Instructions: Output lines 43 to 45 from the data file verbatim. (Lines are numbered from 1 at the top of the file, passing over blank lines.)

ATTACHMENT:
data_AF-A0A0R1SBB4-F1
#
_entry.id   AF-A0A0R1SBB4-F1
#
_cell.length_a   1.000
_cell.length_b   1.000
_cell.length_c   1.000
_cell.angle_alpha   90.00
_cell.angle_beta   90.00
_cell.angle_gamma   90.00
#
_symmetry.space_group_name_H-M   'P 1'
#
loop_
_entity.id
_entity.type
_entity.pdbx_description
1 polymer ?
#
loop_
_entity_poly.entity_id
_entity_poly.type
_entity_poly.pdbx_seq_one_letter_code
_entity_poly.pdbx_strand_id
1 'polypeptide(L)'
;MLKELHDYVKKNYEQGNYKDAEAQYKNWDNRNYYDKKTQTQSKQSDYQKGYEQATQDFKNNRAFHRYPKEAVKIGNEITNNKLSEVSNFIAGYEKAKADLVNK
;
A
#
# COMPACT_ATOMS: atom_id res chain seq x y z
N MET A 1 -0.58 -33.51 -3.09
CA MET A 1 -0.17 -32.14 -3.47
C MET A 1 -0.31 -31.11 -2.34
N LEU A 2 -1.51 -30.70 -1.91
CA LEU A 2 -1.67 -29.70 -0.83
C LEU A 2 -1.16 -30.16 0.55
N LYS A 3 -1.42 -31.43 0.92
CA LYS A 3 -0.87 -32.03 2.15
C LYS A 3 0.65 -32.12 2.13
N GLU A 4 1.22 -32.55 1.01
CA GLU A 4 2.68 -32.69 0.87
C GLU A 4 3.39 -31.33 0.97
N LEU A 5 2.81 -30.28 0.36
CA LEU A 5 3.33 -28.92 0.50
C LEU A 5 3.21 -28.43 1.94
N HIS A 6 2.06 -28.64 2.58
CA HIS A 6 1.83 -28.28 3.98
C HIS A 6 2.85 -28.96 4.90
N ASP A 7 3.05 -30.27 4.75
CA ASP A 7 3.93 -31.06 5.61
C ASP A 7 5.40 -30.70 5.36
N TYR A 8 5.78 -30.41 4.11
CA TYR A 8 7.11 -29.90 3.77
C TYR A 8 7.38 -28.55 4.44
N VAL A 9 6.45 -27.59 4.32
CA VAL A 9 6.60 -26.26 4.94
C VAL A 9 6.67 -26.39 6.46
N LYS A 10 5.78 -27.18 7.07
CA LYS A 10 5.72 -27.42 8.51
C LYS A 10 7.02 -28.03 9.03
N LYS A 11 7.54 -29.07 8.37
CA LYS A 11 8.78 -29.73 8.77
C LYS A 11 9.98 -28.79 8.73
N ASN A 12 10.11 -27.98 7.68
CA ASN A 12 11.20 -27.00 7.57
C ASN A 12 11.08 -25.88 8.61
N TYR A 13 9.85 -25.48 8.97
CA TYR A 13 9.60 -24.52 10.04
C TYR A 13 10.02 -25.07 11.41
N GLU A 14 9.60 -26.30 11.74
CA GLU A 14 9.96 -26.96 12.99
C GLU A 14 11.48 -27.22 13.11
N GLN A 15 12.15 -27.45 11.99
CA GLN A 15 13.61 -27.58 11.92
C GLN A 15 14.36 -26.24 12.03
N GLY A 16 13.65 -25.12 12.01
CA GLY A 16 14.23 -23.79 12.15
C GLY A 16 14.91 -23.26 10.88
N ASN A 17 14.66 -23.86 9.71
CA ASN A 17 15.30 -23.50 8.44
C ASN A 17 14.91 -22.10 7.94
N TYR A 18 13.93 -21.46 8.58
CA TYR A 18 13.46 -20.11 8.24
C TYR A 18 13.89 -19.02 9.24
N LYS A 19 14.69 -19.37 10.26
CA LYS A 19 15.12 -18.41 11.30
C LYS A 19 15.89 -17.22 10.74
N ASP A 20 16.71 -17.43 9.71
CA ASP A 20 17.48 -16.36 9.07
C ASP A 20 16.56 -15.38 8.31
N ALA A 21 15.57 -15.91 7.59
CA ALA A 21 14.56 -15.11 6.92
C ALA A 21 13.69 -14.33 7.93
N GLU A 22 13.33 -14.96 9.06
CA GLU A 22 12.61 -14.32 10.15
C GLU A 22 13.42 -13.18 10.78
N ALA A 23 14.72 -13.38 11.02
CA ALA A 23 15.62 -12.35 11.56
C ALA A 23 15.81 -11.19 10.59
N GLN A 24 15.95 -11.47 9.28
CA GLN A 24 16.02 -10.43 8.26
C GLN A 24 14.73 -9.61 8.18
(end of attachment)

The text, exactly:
N LEU A 5 2.81 -30.28 0.36
CA LEU A 5 3.33 -28.92 0.50
C LEU A 5 3.21 -28.43 1.94